Nine years ago, my first child was dragged out of me and my life changed.


Up until that moment, I had believed that hard work and doing the ‘right’ thing would get me where I wanted in life – and I had a pretty clear idea where that was going to be. Success. Foreign Correspondent for the ABC. Travelling the world. Publishing a book (or four).

And life had shown me that this was the way to success. I’d been working hard my whole life, being the busy one juggling everything that came my way, so surely I was on my way? Surely it will all pay off?

And then…



That little girl with her dislike of breastfeeding and her struggles with life did not follow my rules, or the rules that Life had shown me so far. And with that, everything I knew fell apart.



It’s been nine years of trying to unlearn everything I believed about life. I had to change my idea of success, of what a ‘good’ day was, and of my role in my marriage and in the world. I had to rethink my career, my health, my finances, my definition of a good life.

And now, here I am, a completely different person.

Here’s the thing about motherhood: there’s no time to stop and figure out how your life has changed. Whether you became a mama six months ago or six years ago, I bet you haven’t had a chance to catch your breath. Right?


Neither did I.


Despite the commitment to rethink everything in my life, I very quickly slipped back into trying to do it all to be happy. I juggled the part-time then full-time work with two little girls, a yoga class, and a business on the side. I rushed from daycare to work to playdates to ballet classes. I never stopped – never.

My mind raced all of the time, but I wouldn’t stop.

Even when my body tried to tell me to slow down, and that perhaps what I was doing wasn’t working, I didn’t listen. The diagnosis of Hashimoto’s Disease was a shock, but with medication, I pushed through.

I had to. No-one else was going to do it all.

I had so much to do with my life!

And then – the biggest turning point in my life came along.



Pregnant with my (unplanned) third child, I was producing the leading ABC Breakfast Radio program in Sydney. This means 3.30am alarms, and at work by 4.15am. And I did that everyday of the week.

Until, at 28 weeks pregnant, after running into the studio (in heels) to deliver a breaking media statement, contractions started.

And they continued, until they were three minutes apart.


This is the thing about life, mama…


If we don’t listen to the whispers, they turn into screams. If we don’t pay attention to the little things our bodies are trying to tell us, they will do something bigger and bigger, until they do get our attention.

And nearly giving birth to my tiny premature baby boy at 28 weeks gestation finally got my attention.


Why was I so addicted to being busy?

Why have I done this to myself?

Surely this isn’t what life is meant to be like?


Life is meant to be enjoyable, right?

And parenthood is surely meant to be filled with joy and wonder.

But when we are so busy ALL OF THE TIME, it certainly doesn’t feel like that.


We rush. We push. We yell.

We reach for our phones because the noise in our head is just too loud.

And we fall into bed at night wondering ‘is this as good as it gets?’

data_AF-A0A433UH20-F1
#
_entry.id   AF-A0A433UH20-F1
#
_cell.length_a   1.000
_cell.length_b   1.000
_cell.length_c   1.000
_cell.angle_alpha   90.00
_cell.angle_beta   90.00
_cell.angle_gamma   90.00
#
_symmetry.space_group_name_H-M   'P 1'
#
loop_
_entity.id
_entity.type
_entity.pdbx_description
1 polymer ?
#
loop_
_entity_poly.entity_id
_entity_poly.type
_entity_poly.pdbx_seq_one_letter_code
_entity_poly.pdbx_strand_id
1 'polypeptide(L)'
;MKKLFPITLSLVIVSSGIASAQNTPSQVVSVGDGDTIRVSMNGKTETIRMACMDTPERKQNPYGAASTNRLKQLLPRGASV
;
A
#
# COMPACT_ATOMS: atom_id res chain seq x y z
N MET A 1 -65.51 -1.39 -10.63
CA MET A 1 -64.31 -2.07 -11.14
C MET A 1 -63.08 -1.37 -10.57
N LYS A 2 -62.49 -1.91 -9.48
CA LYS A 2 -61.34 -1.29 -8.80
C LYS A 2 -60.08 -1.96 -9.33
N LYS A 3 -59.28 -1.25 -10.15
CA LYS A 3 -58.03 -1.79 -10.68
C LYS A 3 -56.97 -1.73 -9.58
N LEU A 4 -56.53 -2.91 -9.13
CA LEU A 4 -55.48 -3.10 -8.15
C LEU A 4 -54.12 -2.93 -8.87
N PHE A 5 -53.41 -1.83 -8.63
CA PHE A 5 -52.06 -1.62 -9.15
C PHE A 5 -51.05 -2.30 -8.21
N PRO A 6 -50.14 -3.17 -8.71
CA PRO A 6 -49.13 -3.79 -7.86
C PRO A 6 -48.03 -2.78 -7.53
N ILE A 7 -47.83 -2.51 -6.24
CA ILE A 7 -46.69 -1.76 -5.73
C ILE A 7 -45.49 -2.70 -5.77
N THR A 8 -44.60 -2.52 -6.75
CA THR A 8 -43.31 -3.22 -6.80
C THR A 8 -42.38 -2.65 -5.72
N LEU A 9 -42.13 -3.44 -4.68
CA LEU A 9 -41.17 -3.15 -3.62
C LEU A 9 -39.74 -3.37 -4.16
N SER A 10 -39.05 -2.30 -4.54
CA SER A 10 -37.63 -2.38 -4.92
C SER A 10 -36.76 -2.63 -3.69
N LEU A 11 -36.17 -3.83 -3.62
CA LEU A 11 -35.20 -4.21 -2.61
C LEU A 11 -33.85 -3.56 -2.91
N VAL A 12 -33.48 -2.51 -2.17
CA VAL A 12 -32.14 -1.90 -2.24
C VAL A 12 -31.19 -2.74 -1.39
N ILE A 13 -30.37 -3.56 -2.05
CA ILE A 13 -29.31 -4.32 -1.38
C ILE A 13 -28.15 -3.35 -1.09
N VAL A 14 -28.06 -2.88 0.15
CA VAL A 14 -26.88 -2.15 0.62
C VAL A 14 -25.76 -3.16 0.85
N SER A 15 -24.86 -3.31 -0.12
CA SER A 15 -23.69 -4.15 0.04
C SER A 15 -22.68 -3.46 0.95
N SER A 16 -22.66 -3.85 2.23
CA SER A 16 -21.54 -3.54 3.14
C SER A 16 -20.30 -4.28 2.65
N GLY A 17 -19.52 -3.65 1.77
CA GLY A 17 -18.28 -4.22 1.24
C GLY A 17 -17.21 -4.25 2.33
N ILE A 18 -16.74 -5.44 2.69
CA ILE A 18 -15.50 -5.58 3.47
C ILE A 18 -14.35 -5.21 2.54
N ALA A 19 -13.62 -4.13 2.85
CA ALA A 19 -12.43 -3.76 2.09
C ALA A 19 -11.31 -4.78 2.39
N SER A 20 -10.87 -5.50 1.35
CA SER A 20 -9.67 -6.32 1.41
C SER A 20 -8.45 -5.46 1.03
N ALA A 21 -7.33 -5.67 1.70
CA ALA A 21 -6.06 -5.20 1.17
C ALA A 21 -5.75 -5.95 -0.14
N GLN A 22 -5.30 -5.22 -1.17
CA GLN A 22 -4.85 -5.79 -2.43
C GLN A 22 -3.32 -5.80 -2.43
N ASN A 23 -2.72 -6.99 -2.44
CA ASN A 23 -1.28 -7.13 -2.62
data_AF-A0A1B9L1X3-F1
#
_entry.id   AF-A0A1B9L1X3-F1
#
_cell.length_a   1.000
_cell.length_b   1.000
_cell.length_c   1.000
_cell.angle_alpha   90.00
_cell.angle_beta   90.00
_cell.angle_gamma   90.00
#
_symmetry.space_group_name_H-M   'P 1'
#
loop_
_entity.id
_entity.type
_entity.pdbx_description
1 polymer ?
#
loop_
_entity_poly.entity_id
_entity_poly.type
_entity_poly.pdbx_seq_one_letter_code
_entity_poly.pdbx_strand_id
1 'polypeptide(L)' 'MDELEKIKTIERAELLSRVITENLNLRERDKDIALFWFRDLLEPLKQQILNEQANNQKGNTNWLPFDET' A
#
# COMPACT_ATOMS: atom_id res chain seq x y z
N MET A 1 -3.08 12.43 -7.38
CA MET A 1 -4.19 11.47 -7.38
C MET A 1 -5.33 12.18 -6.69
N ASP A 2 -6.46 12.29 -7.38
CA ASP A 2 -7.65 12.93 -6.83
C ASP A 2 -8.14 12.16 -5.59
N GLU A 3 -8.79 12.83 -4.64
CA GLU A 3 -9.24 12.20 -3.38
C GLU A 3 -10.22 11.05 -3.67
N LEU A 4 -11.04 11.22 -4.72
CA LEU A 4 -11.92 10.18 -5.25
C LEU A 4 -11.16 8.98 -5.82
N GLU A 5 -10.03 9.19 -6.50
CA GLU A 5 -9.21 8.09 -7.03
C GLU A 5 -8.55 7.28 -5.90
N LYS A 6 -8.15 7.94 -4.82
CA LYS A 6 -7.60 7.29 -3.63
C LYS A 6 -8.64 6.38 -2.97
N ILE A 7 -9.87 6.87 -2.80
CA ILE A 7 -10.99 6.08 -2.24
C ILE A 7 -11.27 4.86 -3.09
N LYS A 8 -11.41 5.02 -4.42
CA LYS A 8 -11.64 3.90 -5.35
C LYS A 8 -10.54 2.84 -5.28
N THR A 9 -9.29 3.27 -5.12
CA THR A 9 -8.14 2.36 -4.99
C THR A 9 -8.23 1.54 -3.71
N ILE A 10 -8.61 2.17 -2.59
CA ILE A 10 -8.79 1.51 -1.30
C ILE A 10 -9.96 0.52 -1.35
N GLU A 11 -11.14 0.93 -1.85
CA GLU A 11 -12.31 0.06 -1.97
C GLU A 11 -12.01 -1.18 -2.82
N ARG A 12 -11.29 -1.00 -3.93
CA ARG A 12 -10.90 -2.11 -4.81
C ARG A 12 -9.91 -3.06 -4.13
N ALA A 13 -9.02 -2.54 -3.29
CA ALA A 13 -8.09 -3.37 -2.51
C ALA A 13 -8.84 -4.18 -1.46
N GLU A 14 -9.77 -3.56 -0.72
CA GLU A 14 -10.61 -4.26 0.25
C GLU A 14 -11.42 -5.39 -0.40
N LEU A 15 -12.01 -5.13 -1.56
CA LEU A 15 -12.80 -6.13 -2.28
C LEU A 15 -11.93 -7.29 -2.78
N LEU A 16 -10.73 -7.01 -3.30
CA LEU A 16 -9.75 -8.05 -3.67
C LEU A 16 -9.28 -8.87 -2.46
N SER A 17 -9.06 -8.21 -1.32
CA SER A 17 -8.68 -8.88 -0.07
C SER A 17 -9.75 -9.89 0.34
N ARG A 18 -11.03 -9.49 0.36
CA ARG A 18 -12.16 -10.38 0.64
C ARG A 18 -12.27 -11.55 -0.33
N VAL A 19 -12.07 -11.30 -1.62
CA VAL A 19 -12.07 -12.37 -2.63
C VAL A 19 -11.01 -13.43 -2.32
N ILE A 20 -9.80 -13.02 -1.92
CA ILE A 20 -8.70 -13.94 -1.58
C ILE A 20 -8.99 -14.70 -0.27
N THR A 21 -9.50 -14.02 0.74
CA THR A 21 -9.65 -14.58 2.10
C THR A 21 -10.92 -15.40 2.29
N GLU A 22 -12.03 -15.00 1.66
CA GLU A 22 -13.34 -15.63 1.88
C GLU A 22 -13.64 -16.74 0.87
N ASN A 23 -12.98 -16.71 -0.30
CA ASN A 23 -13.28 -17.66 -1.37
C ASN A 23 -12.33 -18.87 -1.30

Well let me tell you, beautiful mama…

It can get so much better.



And you don’t need to end up in hospital, terrified about what you’ve done, to hear this wake up call.


Our addiction to being busy is a learnt behaviour.


From the moment we started noticing the world around us, we have been sent messages that busy is better, that hard work equals success and that women have to do more than just have babies. It’s hard-wired into our brains.

The world doesn’t value us unless we’re busy.

But here’s the thing – you can unlearn this, just as I’ve had to over the past four years.

Ever since that moment in the hospital room, as I lay there trying to keep my little boy inside for just ‘one more day’, I promised myself that things would change. And whilst I knew that the outside world needed to shift (my work, for one, was over as I was now on couch-rest for the rest of my pregnancy), it was the inner shift I really needed.

I knew that I had to change. I had to slow down, look inside, and find a new way of being.

And this is what I’ve learnt:


  • I can completely shift my mood, my energy and the way I speak to my kids in just three minutes.


  • The way I speak to myself in my head changes everything. When I’m beating myself up, I yell at my kids and it all falls apart. But when I breathe, remind myself of what’s important and what an amazing job I am doing, everything gets back into flow.


  • If I don’t value myself, no-one will.


  • Success doesn’t equal happiness. (Seriously big lesson here. Having my book on the best-seller’s list taught me that one: despite it being my lifelong dream, my world didn’t change. Shock.)


  • If I don’t prioritise meditation and movement each day, I am a seriously grumpy mama.


  • And only I can change my world.


This is what I’ve learnt, and this is what I have now taught more than 400 mamas.

Once I realised what it was that I needed in my own life to turn the crazy rollercoaster off and finally feel at peace with myself, I started to take note of what the steps were, and this is what I now teach in 40 Days.

The Reconnect Program covers all that I have learnt and know works – kindness, strength, trust, grace, value and mindfulness. These six areas of life, along with the most powerful three minute meditation, will turn your story around too. 

No more rushing.

No more yelling.


It’s time to listen to that whisper, mama.

It’s time to Reconnect.



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